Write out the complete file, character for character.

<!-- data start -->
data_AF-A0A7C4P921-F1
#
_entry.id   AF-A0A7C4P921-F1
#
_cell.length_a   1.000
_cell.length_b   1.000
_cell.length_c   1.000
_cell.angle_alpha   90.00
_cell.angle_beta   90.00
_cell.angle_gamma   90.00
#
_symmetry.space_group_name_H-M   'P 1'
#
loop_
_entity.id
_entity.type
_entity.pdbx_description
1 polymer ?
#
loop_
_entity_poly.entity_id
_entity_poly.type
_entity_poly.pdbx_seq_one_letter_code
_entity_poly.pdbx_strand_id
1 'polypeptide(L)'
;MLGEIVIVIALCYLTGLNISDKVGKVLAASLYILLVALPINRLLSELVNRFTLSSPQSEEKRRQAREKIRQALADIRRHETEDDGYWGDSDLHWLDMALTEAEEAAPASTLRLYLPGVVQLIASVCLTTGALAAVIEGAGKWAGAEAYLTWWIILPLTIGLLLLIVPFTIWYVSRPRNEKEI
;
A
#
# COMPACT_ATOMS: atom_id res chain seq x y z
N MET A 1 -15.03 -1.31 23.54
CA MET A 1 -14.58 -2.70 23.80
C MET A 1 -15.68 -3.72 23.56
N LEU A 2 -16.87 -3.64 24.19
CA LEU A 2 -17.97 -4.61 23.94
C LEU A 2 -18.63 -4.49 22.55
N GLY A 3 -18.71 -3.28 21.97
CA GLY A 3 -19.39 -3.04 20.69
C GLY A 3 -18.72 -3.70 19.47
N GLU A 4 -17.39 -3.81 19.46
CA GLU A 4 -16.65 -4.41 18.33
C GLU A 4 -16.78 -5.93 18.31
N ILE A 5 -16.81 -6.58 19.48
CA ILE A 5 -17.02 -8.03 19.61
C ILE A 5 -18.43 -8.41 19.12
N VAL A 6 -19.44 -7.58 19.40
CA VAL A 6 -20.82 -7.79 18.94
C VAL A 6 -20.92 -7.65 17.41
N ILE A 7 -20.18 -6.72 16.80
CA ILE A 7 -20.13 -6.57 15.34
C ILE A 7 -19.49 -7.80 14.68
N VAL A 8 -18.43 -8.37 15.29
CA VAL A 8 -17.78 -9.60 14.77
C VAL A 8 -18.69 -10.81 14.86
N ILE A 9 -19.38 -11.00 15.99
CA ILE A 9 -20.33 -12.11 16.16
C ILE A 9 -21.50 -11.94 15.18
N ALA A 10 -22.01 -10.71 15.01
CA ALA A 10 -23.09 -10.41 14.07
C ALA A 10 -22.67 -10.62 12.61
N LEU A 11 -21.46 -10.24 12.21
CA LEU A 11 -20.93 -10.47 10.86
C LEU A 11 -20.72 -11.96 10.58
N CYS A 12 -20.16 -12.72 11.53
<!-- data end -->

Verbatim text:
data_AF-A0A7C4P921-F1
#
_entry.id   AF-A0A7C4P921-F1
#
_cell.length_a   1.000
_cell.length_b   1.000
_cell.length_c   1.000
_cell.angle_alpha   90.00
_cell.angle_beta   90.00
_cell.angle_gamma   90.00
#
_symmetry.space_group_name_H-M   'P 1'
#
loop_
_entity.id
_entity.type
_entity.pdbx_description
1 polymer ?
#
loop_
_entity_poly.entity_id
_entity_poly.type
_entity_poly.pdbx_seq_one_letter_code
_entity_poly.pdbx_strand_id
1 'polypeptide(L)'
;MLGEIVIVIALCYLTGLNISDKVGKVLAASLYILLVALPINRLLSELVNRFTLSSPQSEEKRRQAREKIRQALADIRRHETEDDGYWGDSDLHWLDMALTEAEEAAPASTLRLYLPGVVQLIASVCLTTGALAAVIEGAGKWAGAEAYLTWWIILPLTIGLLLLIVPFTIWYVSRPRNEKEI
;
A
#
# COMPACT_ATOMS: atom_id res chain seq x y z
N MET A 1 -15.03 -1.31 23.54
CA MET A 1 -14.58 -2.70 23.80
C MET A 1 -15.68 -3.72 23.56
N LEU A 2 -16.87 -3.64 24.19
CA LEU A 2 -17.97 -4.61 23.94
C LEU A 2 -18.63 -4.49 22.55
N GLY A 3 -18.71 -3.28 21.97
CA GLY A 3 -19.39 -3.04 20.69
C GLY A 3 -18.72 -3.70 19.47
N GLU A 4 -17.39 -3.81 19.46
CA GLU A 4 -16.65 -4.41 18.33
C GLU A 4 -16.78 -5.93 18.31
N ILE A 5 -16.81 -6.58 19.48
CA ILE A 5 -17.02 -8.03 19.61
C ILE A 5 -18.43 -8.41 19.12
N VAL A 6 -19.44 -7.58 19.40
CA VAL A 6 -20.82 -7.79 18.94
C VAL A 6 -20.92 -7.65 17.41
N ILE A 7 -20.18 -6.72 16.80
CA ILE A 7 -20.13 -6.57 15.34
C ILE A 7 -19.49 -7.80 14.68
N VAL A 8 -18.43 -8.37 15.29
CA VAL A 8 -17.78 -9.60 14.77
C VAL A 8 -18.69 -10.81 14.86
N ILE A 9 -19.38 -11.00 15.99
CA ILE A 9 -20.33 -12.11 16.16
C ILE A 9 -21.50 -11.94 15.18
N ALA A 10 -22.01 -10.71 15.01
CA ALA A 10 -23.09 -10.41 14.07
C ALA A 10 -22.67 -10.62 12.61
N LEU A 11 -21.46 -10.24 12.21
CA LEU A 11 -20.93 -10.47 10.86
C LEU A 11 -20.72 -11.96 10.58
N CYS A 12 -20.16 -12.72 11.53